Is It Too Early to Invest In Nano-X Imaging?

Investing in up-and-coming businesses can result in potentially life-altering returns for investors. Nano-X Imaging (NNOX -2.19%) is a small-cap stock with a valuation of around $1 billion. Many investors are bullish about it and believe it may be the next big growth stock in healthcare. This year, its shares have jumped by 140%, making it one of the hottest stocks to own in 2023. 

But given the uncertain road ahead for the business and profitability nowhere in sight, is it too early to be jumping on this bandwagon?

Why investors have been bullish

There have been a couple of developments that have gotten investors excited about Nano-X of late. One is that healthcare behemoth Johnson & Johnson disclosed that it increased its investment in the X-ray company by nearly 62%. That’s a big increase, but the investment is still worth less than $6 million today. That’s a relatively small chunk for a business that last year reported profits of just under $18 billion

Another exciting piece of news for Nano-X investors came out in early May, when they learned that the U.S. Food and Drug Administration (FDA) provided 510(k) clearance for its multi-source Nanox.ARC X-ray system. The 510(k) clearance means the device is safe and effective, and that can now pave the way for the company to market the device. It also obtained clearance for the related cloud-based infrastructure, the Nanox.CLOUD.

The company says it will work with the FDA to obtain more regulatory clearances. The agency has cleared the device to be used in many areas, including hospitals, clinics, and imaging centers. Nano-X plans to offer it under what it says is “an innovative pay-per-scan business model.”

A pay-per-use model could be risky

It has been a long road for Nano-X to get where it is right now. The company first filed its 510(k) application for the Nanox.ARC system in 2021. And with the company focusing on a pay-per-use system and on making X-ray imaging affordable to patients, this means that even in the long run, Nanox may not exactly be a money-making machine.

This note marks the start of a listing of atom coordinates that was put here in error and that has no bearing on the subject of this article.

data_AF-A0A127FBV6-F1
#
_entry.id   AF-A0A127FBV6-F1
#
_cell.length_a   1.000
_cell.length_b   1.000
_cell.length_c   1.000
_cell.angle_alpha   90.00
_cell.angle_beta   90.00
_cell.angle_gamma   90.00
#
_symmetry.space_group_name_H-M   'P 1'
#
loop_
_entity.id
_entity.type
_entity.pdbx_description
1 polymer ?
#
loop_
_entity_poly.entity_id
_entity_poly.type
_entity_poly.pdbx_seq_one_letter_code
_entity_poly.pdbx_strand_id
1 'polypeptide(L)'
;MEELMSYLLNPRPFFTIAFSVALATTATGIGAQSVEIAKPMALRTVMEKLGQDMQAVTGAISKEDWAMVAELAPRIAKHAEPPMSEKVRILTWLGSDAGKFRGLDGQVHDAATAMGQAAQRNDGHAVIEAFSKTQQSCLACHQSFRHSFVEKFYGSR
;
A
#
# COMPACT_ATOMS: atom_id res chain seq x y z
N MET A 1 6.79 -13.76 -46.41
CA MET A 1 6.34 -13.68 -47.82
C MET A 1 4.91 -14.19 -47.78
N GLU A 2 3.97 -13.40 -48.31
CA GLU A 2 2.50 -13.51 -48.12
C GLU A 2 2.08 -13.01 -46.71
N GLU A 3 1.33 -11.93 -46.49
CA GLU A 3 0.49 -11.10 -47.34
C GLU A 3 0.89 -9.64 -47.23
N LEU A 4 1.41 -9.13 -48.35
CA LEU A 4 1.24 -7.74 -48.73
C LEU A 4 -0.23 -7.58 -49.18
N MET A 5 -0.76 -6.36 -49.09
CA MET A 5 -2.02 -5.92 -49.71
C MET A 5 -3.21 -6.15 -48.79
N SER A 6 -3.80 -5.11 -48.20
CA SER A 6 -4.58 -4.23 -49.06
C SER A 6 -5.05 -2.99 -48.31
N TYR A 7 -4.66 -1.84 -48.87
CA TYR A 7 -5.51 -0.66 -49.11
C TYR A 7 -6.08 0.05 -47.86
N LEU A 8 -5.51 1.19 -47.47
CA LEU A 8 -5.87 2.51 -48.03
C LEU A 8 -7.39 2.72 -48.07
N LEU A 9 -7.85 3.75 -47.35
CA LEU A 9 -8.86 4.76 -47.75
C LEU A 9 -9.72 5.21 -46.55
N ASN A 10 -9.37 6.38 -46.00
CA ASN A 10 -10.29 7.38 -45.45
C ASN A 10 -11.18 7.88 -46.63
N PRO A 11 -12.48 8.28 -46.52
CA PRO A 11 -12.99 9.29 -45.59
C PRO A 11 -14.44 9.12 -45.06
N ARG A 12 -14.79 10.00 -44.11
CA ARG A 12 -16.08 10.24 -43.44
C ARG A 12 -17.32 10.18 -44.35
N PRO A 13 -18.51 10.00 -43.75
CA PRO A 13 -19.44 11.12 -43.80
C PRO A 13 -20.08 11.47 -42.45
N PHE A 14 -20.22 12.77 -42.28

A pay-per-use model can be a risky one, especially if companies have no financial incentive to use the devices (no large sunk costs or big investments to justify the use). For investors, that means the path to profitability and sustainability for the business may be a long one. 

There could be many stock offerings to come

The risk for dilution is high, given that Nano-X only received clearance for its X-ray system and isn’t mass-producing it just yet. Costs will inevitably be much higher. Last quarter, for the period ended March 31, the company’s operating loss totaled $12.1 million, and it used up $10.7 million in cash to fund its day-to-day operating activities.

Nano-X has approximately $78 million in cash and marketable securities on its books, so it can manage that level of cash burn, potentially for years. But as the business inevitably spends more money on investing activities, such as building its devices and scaling up operations, its expenses are sure to spike.

And without a big source of revenue to rely on — last quarter, Nano-X generated $2.4 million in revenue from teleradiology services — its cash burn could worsen. That may lead to the business turning to stock offerings and debt to help grow its operations.

Nano-X is too risky a stock to buy today

There’s been plenty of hype around Nano-X stock this year, but the fundamentals simply aren’t there yet to suggest that the business will be in good shape in a few years. It has taken a while for the company just to get to this point, obtaining clearance for its multi-source X-ray system. The hard part will be producing the devices at scale, getting them to customers, and then having them use them. How that will play out and how strong demand will be is a big question mark moving forward.

Assuming that, because Johnson & Johnson invested in the business, it is a safe one to own is also a risky proposition. The healthcare giant has deep pockets, and it’s a low-risk move for the company that potentially has lots of upside. It can afford to make such an investment — retail investors who don’t have billions at their disposal can’t.

Nano-X remains a speculative buy and is only suitable for investors who feel comfortable taking on significant risk and the possibility of significant losses. Nano-X has a lot of work ahead to prove that it can be a good investment, and the safest thing to do right now is to steer clear of the stock until it can at least demonstrate strong demand for its devices.